(Source: Clarion Ledger)

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    From crime scene to dead man walking

    By Jim Clark
    The Lee County Courier

    It’s rare when the same law enforcement officers stay on the case from crime scene to fulfillment of the death penalty.

    “We checked back and we can’t think of any instance when a sheriff was on the case from start to end,” Lee County Sheriff Jim Johnson said. “It’s very odd, knowing the way the justice system works and the way the death sentence is handed out, for an officer to be called to the scene, make an arrest, get the indictment, carry it through court, have the death penalty handed out, and later that officer be elected sheriff, to where he has the opportunity to witness that death sentence completed.”

    In December 1998, Johnson, and his chief deputy, John Hall, both investigators at the time, responded to a murder scene just outside the Saltillo city limits. The body of Marcus James Gentry was discovered at the edge of some woods just off a dirt road.

    “I’ve seen a lot of cases when I’ve been called to crime scenes where the victim is dead, where it’s horrifying, where it’s as gruesome as you can imagine,” Johnson said. “But this one was the most bloody crime scene I’ve ever worked and I’ve worked a bunch of them.”

    Gentry had been beaten about the head, neck and upper body with a hammer.

    He had been riding around, drinking beer, with Dale Bishop, Jessie Johnson and Ricky Myhand. Johnson accused Gentry of getting his brother in trouble with the law. Gentry denied it. Then Johnson pulled out a hammer and hit Gentry in the head.

    “Mr. Johnson kept referring to that 28 ounce California framing hammer,” the sheriff said. “That you can’t buy them around here and the claws are straight.”

    Gentry tried to escape by jumping from the car and running. Bishop ran after him, caught him, dragged him back where he was hit with the hammer and kicked numberous times.

    Myhand made the 911 call.

    At the trial, a forensic pathologist testified there were 23 injuries to the head, neck and hand.

    “There were two separate trials,” Johnson said. “Jesse decided to go to trial. He did not want to work out a plea. They changed the venue and moved the trial to Tishomingo county. We were up there for a week. He was found guilty. The jury picks the sentence and they picked life.”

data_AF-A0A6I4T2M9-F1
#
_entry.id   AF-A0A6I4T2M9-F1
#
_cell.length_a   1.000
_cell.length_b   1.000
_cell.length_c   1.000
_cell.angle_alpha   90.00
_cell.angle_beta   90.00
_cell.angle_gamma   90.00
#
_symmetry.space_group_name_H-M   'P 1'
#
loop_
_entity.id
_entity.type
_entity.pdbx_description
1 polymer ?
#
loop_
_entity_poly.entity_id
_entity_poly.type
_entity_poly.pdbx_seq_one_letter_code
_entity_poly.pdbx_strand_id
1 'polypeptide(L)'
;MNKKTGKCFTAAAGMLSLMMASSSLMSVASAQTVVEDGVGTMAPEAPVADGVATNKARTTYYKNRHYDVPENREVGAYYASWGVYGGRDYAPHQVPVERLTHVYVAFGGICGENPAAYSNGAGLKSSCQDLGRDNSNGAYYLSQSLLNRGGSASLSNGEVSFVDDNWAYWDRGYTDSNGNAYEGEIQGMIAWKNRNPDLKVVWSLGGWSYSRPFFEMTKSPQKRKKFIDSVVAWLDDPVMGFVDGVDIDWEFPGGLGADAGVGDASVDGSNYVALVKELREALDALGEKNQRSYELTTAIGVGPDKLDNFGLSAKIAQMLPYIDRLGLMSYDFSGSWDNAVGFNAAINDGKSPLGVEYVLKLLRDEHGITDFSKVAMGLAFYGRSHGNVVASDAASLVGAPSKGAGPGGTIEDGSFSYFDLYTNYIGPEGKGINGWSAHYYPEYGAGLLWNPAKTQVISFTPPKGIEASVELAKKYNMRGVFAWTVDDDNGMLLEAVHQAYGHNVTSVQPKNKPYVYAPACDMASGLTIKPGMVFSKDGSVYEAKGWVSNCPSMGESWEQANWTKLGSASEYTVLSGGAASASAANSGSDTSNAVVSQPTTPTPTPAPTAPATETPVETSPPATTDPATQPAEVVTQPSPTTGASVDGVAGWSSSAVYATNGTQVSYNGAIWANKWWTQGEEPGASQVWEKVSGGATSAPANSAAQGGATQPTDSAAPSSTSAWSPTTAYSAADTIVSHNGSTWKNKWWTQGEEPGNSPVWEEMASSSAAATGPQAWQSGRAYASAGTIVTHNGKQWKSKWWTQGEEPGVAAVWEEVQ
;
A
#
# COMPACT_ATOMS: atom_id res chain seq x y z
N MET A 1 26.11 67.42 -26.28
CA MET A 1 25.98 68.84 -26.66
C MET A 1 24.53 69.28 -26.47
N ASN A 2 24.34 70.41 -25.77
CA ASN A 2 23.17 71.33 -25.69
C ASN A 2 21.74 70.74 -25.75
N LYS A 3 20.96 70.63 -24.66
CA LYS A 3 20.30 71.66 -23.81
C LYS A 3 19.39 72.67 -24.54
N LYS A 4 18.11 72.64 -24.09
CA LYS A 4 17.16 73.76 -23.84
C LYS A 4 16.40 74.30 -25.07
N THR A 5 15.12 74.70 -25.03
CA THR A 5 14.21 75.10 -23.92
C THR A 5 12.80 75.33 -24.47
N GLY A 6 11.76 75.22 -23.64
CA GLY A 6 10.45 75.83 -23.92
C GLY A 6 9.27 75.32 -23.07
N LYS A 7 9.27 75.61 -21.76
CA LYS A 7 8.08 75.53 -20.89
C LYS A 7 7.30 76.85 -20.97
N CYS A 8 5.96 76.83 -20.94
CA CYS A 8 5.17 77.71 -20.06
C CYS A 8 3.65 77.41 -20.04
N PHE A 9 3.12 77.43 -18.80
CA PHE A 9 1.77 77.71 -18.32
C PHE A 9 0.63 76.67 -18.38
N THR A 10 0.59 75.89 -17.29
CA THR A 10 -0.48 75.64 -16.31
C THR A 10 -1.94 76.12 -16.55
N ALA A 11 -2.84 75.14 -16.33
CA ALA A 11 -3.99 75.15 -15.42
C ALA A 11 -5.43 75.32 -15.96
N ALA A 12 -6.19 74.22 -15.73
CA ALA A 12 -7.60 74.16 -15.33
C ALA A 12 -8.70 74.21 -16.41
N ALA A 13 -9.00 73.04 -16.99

Bishop refused to allow a jury to sentence him after he was convicted of capital murder. He asked Circuit Court Judge Frank Russell for the death penalty.

    “And I’ll never forget the judge’s words, he said ‘well I’m probably going to grant your request,’” Johnson said. He was sentenced in 2000. The death penalty was carried out in 2008.

    During the sentencing George Wes Bishop, the younger brother of Dale, stood up and said, “I’ll be there with you one day.”

    In 2001, George, struck Jimmy Doug Merchant dead with a hammer. Judge Thomas Gardner gave him the maximum 20-year sentence for manslaughter but suspended seven of the years.

    He has since been paroled.

    Part of the Mississippi state law requires that when someone is put to death, the sheriff, from the county where the crime occurred, must witness the execution.

    “There is a clause that in an emergency I can get permission to send another officer to take my place,” Johnson said. “In this particular case, I sent my chief deputy, John. So he went.”

    But the sheriff has watched an execution.

    Joseph Daniel “Jo Jo” Burns was sentenced to lethal injection for the beating and stabbing death of Floyd McBride, at the Town House Motel in Tupelo.

    “I remember the trip to the execution chamber,” Johnson said. “The reality hits. You’re there in the room with the victim’s family. You hear the suspect’s last words and see the execution carried out. His last words were ‘Mom, don’t worry about me’ and then he looked at the victim’s family and said, ‘I hope some how you can forgive me.’”

    In the case of Bishop he ordered three pieces of pineapple supreme pizza, cherries and cream ice cream and four root beers for his last meal.

    His last words were, “To Mark’s family, I would like to express my sincerest apologies. It was a senseless act. It was a needless act. The world is worse off without him. To my family, I love you. It’s going to be all good. For those who oppose the death penalty and want to see it end, our best bet is to vote for Barack Obama because his supporters have been working behind the scenes to end this practice. God bless America; it’s been great living here. That’s all.”

    He was pronounced dead by lethal injection at 6:14 p.m. July 23, 2008.

    “It’s totally different when you’re watching someone’s life being taken, simply because of a choice they made years ago,” Johnson said. “You can only hope and pray that they’ve somewhat changed. It’s humbling. It’s a very somber moment.”

    Eight other convicted murderers have been put to death, since Burns in 2010, in Mississippi.

    “I still support the death penalty even after seeing it carried out,” Johnson said. “I believe it’s a deterrent. I think things would be worse if we didn’t have it as an option.”

    Two from Lee County remain on death row, Derrick Demond Walker and William Matthew Wilson.

    Walker was sentenced for capital murder on June 6, 2003, plus the charge of arson which he committed trying to cover up the homicide. He was sentenced to death in Lee County for the July 17, 2001 slaying of Tupelo personnel director Charles Richardson.

    Wilson was sentenced for capital murder on May 30, 2007, plus the charge of child abuse. He was sentenced to death for the killing of two-year-old Mallory Conlee.

    http://www.leecountycourier.net/arti...a555286361.txt